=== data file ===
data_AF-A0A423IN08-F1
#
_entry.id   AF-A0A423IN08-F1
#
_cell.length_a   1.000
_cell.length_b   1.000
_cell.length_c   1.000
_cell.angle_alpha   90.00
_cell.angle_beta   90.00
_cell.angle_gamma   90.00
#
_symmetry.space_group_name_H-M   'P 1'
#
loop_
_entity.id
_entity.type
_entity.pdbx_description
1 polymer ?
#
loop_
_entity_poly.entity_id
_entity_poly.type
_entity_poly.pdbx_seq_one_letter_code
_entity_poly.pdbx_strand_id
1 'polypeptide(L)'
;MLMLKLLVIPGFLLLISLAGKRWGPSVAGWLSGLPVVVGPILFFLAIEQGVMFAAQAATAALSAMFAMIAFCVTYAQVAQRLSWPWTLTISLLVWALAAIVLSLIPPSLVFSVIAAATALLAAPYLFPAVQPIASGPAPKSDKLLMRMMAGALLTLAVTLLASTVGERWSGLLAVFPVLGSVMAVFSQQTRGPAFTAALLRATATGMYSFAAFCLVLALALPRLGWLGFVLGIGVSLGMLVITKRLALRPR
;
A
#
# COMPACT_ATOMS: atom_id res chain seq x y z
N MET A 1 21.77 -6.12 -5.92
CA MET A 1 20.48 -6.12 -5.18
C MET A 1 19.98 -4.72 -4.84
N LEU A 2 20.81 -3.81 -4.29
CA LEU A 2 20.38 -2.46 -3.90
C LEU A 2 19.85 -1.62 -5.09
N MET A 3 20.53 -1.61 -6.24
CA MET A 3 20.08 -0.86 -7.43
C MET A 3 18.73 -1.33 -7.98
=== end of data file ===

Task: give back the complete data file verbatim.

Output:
data_AF-A0A423IN08-F1
#
_entry.id   AF-A0A423IN08-F1
#
_cell.length_a   1.000
_cell.length_b   1.000
_cell.length_c   1.000
_cell.angle_alpha   90.00
_cell.angle_beta   90.00
_cell.angle_gamma   90.00
#
_symmetry.space_group_name_H-M   'P 1'
#
loop_
_entity.id
_entity.type
_entity.pdbx_description
1 polymer ?
#
loop_
_entity_poly.entity_id
_entity_poly.type
_entity_poly.pdbx_seq_one_letter_code
_entity_poly.pdbx_strand_id
1 'polypeptide(L)'
;MLMLKLLVIPGFLLLISLAGKRWGPSVAGWLSGLPVVVGPILFFLAIEQGVMFAAQAATAALSAMFAMIAFCVTYAQVAQRLSWPWTLTISLLVWALAAIVLSLIPPSLVFSVIAAATALLAAPYLFPAVQPIASGPAPKSDKLLMRMMAGALLTLAVTLLASTVGERWSGLLAVFPVLGSVMAVFSQQTRGPAFTAALLRATATGMYSFAAFCLVLALALPRLGWLGFVLGIGVSLGMLVITKRLALRPR
;
A
#
# COMPACT_ATOMS: atom_id res chain seq x y z
N MET A 1 21.77 -6.12 -5.92
CA MET A 1 20.48 -6.12 -5.18
C MET A 1 19.98 -4.72 -4.84
N LEU A 2 20.81 -3.81 -4.29
CA LEU A 2 20.38 -2.46 -3.90
C LEU A 2 19.85 -1.62 -5.09
N MET A 3 20.53 -1.61 -6.24
CA MET A 3 20.08 -0.86 -7.43
C MET A 3 18.73 -1.33 -7.98